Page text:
Reconsidering the use of the International Index of Erectile Function questionnaire in evaluating the preoperative erectile function status of patients undergoing radical prostatectomy
Article first published online: 3 MAY 2007
Volume 100, Issue 2, pages 368–370, August 2007
How to Cite
Papadoukakis, S., Kusche, D., Stolzenburg, J. U. and Truss, M. C. (2007), Reconsidering the use of the International Index of Erectile Function questionnaire in evaluating the preoperative erectile function status of patients undergoing radical prostatectomy. BJU International, 100: 368–370. doi: 10.1111/j.1464-410X.2007.06898.x
- Issue published online: 3 MAY 2007
- Article first published online: 3 MAY 2007
- Accepted for publication 19 January 2007
- prostate cancer;
- erectile function;
- IIEF score
To assess the use of the International Index of Erectile Function (IIEF), routinely used in patients being treated for localized prostate cancer, including potency-preserving, nerve-sparing radical prostatectomy (RP), as many patients complain that the results of the IIEF over 4 weeks before RP are not representative.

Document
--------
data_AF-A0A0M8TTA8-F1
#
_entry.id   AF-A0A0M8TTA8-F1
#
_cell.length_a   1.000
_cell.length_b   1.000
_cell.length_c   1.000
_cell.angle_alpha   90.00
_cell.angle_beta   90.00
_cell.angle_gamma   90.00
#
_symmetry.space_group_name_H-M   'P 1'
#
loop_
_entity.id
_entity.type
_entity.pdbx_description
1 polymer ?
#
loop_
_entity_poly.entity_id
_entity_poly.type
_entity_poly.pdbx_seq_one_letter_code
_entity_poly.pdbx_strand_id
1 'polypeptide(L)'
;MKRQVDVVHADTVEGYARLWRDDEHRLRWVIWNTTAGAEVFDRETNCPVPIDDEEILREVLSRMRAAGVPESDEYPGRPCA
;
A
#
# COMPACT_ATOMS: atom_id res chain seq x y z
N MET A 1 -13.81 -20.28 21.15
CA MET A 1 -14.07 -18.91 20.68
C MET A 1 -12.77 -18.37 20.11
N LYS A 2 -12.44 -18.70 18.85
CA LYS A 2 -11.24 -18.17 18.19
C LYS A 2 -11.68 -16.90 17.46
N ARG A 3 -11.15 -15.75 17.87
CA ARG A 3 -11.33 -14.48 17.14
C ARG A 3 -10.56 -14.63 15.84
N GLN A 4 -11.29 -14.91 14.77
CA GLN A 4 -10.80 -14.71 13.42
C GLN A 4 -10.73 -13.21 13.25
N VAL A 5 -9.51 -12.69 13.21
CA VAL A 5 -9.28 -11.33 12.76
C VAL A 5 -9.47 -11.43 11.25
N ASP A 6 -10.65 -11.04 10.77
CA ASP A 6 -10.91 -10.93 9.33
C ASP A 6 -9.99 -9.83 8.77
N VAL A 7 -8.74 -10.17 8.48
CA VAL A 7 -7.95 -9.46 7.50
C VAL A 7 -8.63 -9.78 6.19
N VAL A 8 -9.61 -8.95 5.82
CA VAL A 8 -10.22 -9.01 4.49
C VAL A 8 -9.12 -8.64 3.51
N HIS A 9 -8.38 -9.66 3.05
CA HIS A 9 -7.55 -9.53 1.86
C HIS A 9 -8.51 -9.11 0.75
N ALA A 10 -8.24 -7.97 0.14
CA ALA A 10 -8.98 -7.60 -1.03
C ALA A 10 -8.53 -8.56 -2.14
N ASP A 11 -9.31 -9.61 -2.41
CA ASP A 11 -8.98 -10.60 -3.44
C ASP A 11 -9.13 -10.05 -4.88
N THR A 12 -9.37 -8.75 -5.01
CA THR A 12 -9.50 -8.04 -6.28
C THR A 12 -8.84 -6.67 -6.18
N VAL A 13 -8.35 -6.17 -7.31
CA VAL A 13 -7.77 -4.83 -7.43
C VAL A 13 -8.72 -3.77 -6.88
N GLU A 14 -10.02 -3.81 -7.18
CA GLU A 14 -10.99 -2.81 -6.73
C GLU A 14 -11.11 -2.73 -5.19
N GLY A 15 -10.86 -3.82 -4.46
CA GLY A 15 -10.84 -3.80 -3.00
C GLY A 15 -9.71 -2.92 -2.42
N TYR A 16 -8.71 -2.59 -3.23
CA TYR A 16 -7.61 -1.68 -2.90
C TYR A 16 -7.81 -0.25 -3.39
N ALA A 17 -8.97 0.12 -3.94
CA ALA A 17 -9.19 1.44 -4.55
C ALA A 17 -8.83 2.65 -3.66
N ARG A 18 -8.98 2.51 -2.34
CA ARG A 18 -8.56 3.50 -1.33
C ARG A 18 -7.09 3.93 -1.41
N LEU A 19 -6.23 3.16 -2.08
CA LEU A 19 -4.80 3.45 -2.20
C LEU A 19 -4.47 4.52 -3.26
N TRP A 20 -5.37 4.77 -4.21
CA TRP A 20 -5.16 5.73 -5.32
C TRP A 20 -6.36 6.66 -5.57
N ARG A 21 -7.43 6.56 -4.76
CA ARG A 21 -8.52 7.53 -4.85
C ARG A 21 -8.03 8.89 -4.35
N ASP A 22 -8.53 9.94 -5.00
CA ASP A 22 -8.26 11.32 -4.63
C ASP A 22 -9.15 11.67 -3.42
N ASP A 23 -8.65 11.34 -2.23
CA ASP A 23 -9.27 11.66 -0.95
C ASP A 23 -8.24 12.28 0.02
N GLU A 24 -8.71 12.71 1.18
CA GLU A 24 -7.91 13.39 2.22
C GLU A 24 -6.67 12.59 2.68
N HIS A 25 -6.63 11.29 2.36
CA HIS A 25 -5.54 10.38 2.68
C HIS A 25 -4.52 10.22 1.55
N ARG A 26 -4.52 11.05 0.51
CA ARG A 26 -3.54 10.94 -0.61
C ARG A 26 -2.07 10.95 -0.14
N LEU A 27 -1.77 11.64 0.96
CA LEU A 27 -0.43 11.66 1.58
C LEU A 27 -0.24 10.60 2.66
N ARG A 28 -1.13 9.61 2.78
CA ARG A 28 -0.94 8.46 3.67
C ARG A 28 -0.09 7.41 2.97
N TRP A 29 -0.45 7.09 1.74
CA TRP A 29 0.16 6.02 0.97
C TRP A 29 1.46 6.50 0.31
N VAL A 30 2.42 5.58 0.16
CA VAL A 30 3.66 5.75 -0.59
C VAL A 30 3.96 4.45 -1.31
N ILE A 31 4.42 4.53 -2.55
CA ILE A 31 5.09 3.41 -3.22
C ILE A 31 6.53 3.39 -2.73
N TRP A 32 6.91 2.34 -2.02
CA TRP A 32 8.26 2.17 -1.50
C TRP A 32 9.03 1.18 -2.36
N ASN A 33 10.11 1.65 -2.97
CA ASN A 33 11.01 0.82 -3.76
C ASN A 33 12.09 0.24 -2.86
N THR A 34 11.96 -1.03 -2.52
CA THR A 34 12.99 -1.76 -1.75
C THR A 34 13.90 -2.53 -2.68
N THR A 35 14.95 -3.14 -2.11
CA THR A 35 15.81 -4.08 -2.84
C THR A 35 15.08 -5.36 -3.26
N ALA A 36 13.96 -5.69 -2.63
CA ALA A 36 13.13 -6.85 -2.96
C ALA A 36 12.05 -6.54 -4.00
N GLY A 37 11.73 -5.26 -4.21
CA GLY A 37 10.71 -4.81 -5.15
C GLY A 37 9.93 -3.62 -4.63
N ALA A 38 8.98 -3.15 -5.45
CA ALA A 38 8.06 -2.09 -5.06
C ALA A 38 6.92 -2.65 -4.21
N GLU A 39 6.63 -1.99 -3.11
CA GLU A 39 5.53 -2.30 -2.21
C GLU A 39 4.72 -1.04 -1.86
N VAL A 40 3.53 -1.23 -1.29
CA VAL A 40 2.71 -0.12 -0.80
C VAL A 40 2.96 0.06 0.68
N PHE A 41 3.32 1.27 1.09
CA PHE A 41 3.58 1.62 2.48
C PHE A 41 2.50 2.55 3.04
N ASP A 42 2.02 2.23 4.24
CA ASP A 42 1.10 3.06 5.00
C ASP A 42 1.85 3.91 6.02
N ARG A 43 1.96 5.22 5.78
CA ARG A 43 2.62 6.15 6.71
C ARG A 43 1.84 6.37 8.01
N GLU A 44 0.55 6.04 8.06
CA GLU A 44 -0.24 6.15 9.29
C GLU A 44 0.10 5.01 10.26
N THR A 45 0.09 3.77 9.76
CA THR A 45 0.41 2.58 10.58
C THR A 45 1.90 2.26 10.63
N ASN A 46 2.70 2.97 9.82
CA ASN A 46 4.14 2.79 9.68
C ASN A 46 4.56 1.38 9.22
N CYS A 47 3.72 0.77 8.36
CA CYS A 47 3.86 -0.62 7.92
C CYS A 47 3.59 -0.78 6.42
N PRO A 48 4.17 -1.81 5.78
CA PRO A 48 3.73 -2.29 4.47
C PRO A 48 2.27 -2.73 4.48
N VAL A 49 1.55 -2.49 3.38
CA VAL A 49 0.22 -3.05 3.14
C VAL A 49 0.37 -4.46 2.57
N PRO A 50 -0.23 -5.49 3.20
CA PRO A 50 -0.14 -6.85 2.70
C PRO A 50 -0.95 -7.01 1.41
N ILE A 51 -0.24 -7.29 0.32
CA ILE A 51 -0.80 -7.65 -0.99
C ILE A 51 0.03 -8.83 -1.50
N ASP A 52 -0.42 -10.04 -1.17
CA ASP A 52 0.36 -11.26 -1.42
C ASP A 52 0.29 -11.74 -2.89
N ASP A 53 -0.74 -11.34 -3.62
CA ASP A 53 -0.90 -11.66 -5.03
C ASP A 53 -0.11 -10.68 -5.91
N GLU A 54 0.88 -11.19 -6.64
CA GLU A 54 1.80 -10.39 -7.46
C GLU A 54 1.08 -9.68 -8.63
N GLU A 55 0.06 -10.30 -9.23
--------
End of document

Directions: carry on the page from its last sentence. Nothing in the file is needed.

PATIENTS AND METHODS
The study included 123 consecutive patients (mean age 64.6 years, range 52–78) who had endoscopic-extraperitoneal RP and who completed the IIEF. The interval between the diagnosis of the disease and surgery was >4 weeks in all. The patients completed the same questionnaire referring to the last 4 weeks before their prostate biopsy, as a modified index of their sexual status (IIEFm and EFm).
The clinical stage of disease was cT1c (34.9%), cT2a (49.5%), cT2b (5.7%) and cT2c (9.9%) before RP. The mean IIEF score was 42.8 and the mean EF domain score was 16.9; the mean IIEFm was 54.9 and the EFm domain score was 23.7. All the differences were statistically significant (P < 0.001).
The IIEF questionnaire scores are influenced by many factors. Depression after a diagnosis of cancer, and the prostate biopsy-related symptoms, e.g. prostatitis, perineal pain and haemospermia, might compromise the patients’ well-being and libido, and thus affect the IIEF scores before RP. We therefore suggest using the IIEFm and EFm scores before prostate biopsy to assess the patients’ sexual status before any treatment for localized prostate cancer.